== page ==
Halloween’s scariest wildlife

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Meet some very scary backyard wildlife! 

Rose hair tarantula
TARANTULAS are not only scary-looking, but sometimes scary big! Would you want to meet one on a dark and stormy night? Or even a bright, sunny day? Probably not, but their bad reputation is undeserved. Tarantulas are reluctant to bite, and will retreat if possible (so just let them move away). If forced to bite in self-defense, it’s usually no worse than a bee’s sting. There’s no record of a human ever dying from a tarantula bite. They’re beneficial backyard wildlife that include sowbugs, pillbugs and other garden pests in their diet. They’re also a popular pet, but make plans for them in your Will — females can live 40 years! In the U.S., they’re backyard wildlife in the South and West. (photo of Rose hair Tarantula, Grammostola rosea: Smithsonian / Mehgan Murphy – cc by-nc-nd 2.0)   Learn more about spiders

 

Big Brown Bat in flight
BATS are evil and dangerous. With saliva dripping off razor-sharp teeth, they silently wait for us to step outdoors into the pitch black of night, so they can drain us of our blood. Or, at least, tangle themselves in our hair. Wait a second…we lovers of wildlife know that’s nonsense, don’t we? Bats are harmless, non-aggressive eaters of insects and fruit, with no interest in humans whatever. Mexico and South America have three blood-drinking bat species, but even those don’t target humans. Bats are very beneficial. Insectivorous species feed on such pests as mosquitos, gnats, flies and some of agriculture’s most damaging insects. A single bat consumes up to 6,000 insects per night! In a laboratory setting, Little Brown Bats gobbled up 600 mosquitoes per hour! Nectar eating bats of the Southwest help pollinate plants. Fruit eating bats in other parts of the world are vital to the continued existence of some crops. (photo of Big Brown Bat, Eptesicus fuscus: Angell Williams / Flickr – cc by 2.0)   Learn more about bats

 

Queen snake
SNAKES are slithery, alien-looking, always startling and the bigger they are, the scarier they are. But, did you know that almost all snakes in the U.S. are harmless to humans? Only three kinds are venomous and even those aren’t typically aggressive. In fact, all snakes are afraid of humans and just want to keep away from us. Of course, we don’t want venomous ones living too close to our houses, but snakes are beneficial in a backyard wildlife habitat, by helping to keep rodent populations under control. As for their constantly flicking tongue — snakes use their tongue to taste their environment. The scary-looking snake shown here is a harmless Queen Snake, Regina septemvittata, tasting whatever chemical molecules are in the air, including those of the human holding the camera. (photo: Patrick Coin / Wiki – cc by-sa 2.5)   Learn more about snakes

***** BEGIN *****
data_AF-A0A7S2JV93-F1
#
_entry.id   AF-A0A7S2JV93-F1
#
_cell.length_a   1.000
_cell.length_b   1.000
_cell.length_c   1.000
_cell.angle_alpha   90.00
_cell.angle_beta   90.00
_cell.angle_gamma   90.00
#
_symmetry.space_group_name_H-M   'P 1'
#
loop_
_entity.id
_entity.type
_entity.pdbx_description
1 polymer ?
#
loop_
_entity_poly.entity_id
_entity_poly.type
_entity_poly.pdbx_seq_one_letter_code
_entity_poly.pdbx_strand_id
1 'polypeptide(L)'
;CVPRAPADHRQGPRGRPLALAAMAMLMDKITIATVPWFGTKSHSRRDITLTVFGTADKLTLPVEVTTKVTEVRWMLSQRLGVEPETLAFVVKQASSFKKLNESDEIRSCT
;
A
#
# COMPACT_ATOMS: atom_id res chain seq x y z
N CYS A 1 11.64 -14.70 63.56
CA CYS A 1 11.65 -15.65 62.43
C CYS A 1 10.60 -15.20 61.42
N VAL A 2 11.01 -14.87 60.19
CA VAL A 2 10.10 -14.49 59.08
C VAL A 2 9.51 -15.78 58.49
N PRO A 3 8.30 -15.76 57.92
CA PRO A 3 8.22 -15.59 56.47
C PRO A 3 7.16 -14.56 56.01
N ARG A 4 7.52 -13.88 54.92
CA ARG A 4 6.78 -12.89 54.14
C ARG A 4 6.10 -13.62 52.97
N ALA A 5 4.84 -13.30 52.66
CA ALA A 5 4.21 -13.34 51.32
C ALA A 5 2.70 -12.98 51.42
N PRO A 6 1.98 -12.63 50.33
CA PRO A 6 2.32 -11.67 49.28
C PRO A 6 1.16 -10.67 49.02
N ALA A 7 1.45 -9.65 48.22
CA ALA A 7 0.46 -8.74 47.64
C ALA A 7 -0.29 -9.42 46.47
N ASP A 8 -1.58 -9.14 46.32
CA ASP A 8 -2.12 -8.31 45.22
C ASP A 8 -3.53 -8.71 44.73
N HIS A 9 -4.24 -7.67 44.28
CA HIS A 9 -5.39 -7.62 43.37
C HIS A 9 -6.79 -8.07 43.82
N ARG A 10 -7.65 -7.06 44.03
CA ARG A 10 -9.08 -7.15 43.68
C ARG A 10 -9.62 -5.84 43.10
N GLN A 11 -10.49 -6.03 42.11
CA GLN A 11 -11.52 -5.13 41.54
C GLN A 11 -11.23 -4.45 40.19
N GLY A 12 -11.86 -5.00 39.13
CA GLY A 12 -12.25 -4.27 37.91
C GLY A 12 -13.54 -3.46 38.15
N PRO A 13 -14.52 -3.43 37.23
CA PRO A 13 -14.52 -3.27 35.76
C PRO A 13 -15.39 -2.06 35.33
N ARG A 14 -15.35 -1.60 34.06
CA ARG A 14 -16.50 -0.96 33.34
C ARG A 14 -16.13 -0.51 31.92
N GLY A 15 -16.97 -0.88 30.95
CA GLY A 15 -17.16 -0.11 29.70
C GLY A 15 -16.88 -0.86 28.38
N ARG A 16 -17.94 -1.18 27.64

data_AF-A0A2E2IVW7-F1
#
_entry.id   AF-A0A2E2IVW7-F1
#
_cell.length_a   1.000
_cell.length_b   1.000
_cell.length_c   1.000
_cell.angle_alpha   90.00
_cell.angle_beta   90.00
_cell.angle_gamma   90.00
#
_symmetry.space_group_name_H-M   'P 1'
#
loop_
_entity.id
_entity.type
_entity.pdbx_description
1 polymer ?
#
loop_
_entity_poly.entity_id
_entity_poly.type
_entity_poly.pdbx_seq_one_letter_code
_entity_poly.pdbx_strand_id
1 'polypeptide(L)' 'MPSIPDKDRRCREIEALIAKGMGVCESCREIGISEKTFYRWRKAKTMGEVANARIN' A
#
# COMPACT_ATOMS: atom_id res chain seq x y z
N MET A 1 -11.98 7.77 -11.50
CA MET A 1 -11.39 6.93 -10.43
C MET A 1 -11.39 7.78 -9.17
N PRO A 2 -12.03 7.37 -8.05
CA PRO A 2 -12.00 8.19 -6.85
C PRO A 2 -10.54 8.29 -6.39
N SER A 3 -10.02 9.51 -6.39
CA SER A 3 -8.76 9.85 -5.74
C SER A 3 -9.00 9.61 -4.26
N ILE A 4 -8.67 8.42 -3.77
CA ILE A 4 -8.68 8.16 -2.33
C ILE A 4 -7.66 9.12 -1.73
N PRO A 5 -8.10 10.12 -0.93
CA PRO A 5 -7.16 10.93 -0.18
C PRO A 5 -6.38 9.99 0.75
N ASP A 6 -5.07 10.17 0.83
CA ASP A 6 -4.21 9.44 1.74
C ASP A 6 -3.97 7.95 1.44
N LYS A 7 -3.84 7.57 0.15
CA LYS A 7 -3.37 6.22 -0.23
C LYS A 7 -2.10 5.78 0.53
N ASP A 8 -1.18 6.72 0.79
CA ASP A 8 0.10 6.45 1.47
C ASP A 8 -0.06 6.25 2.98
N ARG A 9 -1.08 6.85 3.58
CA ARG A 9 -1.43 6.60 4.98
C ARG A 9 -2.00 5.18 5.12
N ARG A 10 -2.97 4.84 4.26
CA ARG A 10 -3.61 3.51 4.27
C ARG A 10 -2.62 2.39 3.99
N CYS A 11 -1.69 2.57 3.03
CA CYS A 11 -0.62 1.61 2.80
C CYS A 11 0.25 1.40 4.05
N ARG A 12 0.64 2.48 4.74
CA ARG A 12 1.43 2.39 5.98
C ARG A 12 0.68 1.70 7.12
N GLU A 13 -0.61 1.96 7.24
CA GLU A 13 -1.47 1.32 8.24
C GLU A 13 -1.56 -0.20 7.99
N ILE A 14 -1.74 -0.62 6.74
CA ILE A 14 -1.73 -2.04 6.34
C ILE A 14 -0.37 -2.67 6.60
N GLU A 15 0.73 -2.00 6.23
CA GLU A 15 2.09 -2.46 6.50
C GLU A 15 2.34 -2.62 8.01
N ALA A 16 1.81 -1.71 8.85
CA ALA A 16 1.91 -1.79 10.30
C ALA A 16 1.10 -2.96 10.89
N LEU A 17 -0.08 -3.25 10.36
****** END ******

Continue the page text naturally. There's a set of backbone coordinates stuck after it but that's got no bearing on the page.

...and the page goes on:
Black vulture in flight
Have you ever seen VULTURES slowly circling a yard, even in the city? It can happen if they detect something interesting there. For a vulture, “interesting,” of course, usually means something dead or dying. They’re harmless to humans, but people fear them because they’re large predatory birds, they go about in large flocks, and they’re considered disgusting because they eat dead things, including roadkill. They’re also thought to spread diseases when, in truth, they help prevent them. If every wild animal that dies was left rotting on the ground, all the viruses, bacteria and other pathogens contained in them would be dispersed into the environment. Vultures eat all that and it’s gone for good. The U.S. has three: Black Vulture, Coragyps atratus; Turkey Vulture, Cathartes aura; California Condor, Gymnogyps californianus. (photo of Black Vulture: Gregory Moine / Flickr – cc by 2.0)   Learn more about birds

 

Common striped scorpion
SCORPIONS are creepy, aren’t they? Just look at those claws. And that stinger looks seriously sharp. Isn’t it lucky, then, that scorpions aren’t aggressive! Their venom is meant to quickly immobilize prey and they don’t sting humans without provocation. In the U.S. there are about 50 species and not all of them sting. Those that do can deliver a painful experience. But only one is known to be (very rarely) fatal to humans. Scorpions are beneficial insects who feed on other insects, including plant pests and biting flies. (photo of Common Striped Scorpion, Centruroides vittatus: Sturgis McKeever, Georgia Southern University, Bugwood.org – cc by-nc 3.0)

 

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